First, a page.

The sell-off of sterling prompted fears that millions of mortgage holders could face crippling rises in their repayments as the Bank moves to ratchet up interest rates to shore up the currency and put a lid on inflation.
The turmoil erupted after markets took fright at Mr Kwarteng’s £45 billion package of unfunded tax cuts – the biggest in 50 years – while committing billions to capping energy bills for the next two years.
With the Tories tanking in the opinion polls – one showed Labour opening up a hitherto unthinkable 33-point lead – some Conservative MPs have been pressing for a change of course.
Despite having been in Downing Street for less than a month, some have questioned whether Ms Truss can now survive to the end of the year as the party has seen its reputation on the economy shredded.
The Prime Minister, however, insisted that Mr Kwarteng was right to cut taxes as part of their plan to drive up the UK’s sluggish rate of economic growth.
“What is important to me is that we get Britain’s economy back on track, that we keep taxes low, that we encourage investment into our country and that we get through these difficult times,” she said.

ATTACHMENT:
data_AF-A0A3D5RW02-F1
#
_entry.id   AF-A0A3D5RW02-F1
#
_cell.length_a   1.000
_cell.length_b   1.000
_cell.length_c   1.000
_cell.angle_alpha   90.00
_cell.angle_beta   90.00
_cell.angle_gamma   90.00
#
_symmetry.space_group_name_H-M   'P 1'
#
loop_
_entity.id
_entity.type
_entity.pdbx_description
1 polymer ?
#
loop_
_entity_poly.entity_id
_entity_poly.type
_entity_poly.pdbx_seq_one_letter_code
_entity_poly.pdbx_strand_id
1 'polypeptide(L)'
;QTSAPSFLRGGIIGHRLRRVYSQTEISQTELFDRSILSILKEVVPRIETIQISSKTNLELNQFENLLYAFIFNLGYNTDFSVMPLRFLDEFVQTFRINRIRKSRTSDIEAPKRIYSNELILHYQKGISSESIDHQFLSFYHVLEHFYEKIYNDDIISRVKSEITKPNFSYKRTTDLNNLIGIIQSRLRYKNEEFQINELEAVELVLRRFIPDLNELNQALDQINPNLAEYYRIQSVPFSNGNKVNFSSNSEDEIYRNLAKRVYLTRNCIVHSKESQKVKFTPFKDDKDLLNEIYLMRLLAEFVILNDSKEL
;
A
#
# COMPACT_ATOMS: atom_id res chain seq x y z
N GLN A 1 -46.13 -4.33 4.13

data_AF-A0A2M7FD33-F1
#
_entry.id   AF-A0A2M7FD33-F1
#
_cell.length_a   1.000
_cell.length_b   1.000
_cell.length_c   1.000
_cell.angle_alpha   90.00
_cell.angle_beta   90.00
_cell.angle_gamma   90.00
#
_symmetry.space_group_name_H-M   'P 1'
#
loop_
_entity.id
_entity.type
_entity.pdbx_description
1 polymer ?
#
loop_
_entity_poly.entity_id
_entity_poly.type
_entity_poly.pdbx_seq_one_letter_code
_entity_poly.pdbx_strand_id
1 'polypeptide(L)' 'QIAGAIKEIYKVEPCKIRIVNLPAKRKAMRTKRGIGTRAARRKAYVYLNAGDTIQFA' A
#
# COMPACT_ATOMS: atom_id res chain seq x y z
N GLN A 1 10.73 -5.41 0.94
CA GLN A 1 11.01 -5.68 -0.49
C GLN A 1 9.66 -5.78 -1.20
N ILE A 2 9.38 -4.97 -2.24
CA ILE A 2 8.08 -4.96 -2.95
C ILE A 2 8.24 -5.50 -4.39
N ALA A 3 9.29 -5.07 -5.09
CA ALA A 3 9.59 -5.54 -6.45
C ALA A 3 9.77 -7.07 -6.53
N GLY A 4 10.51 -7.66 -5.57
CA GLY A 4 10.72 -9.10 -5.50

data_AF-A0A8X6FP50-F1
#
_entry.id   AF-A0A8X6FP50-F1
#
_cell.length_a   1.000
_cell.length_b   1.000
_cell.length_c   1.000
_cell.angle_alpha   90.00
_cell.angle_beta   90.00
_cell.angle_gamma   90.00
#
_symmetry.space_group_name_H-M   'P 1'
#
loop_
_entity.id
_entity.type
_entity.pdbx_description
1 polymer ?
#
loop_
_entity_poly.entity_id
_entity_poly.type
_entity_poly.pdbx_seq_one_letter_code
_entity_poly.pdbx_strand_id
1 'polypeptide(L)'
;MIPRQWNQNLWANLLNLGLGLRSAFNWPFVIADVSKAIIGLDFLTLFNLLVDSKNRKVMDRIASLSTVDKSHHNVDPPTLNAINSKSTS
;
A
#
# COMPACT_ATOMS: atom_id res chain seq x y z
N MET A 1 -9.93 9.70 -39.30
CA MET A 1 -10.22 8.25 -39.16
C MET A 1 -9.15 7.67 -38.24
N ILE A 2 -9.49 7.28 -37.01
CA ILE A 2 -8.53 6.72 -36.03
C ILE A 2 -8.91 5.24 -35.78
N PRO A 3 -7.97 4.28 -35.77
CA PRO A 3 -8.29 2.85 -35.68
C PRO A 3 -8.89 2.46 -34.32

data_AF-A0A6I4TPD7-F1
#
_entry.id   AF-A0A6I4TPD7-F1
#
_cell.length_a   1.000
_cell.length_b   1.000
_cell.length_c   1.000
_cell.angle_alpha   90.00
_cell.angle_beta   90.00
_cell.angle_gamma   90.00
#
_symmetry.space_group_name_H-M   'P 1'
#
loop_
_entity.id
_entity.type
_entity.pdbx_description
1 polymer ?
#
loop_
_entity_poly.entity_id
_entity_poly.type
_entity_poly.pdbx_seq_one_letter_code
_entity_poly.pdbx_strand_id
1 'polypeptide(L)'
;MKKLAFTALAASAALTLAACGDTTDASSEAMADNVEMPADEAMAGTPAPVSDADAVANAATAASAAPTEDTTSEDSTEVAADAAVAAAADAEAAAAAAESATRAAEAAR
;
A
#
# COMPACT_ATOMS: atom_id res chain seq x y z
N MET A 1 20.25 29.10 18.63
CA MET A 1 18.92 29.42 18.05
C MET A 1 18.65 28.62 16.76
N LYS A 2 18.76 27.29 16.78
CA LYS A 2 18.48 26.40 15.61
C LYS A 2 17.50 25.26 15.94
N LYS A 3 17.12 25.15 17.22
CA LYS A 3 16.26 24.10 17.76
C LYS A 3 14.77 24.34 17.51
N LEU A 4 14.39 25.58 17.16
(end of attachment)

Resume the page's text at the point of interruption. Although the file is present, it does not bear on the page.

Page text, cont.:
With some analysts warning of a squeeze on public spending to get debt under control, the Prime Minister again refused to commit to the annual uprating of benefits in line with inflation – something Rishi Sunak had promised to do when he was chancellor.
Pressed in her interview, Ms Truss said only that it was “something the Work and Pensions Secretary (Chloe Smith) is looking at”.
She added: “What is important to me is that we are fair in the decisions we make, but most importantly that we help families and businesses at this very difficult time with their energy prices.”
Shrink the state
A key ally of the Prime Minister, Levelling Up Secretary Simon Clarke, however, went further suggesting the Government was looking to shrink the overall size of the state.
“I think it is important that we look at a state which is extremely large, and look at how we can make sure that it is in full alignment with a lower tax economy,” he told The Times.
Mr Kwarteng is due to publish a medium-term fiscal plan setting out how he intends to get debt falling as a proportion of GDP alongside an updated set of economic forecasts from the Office for Budget Responsibility (OBR) on November 23.
The absence of new projections from the independent OBR was seen as one of the key reasons why the markets reacted so badly to the Chancellor’s mini-budget.
Some Tory MPs have been pressing him to bring forward the date of publication so as to restore market confidence in the Government.
After a highly unusual meeting on Friday with both the Prime Minister and the Chancellor, the head of the OBR, Richard Hughes, confirmed they would deliver their preliminary forecasts to the Treasury at the end of next week.
However, Mr Kwarteng has made clear that he wants to stick to the November 23 date to allow ministers to set out a series of supply side reforms to support the growth plan.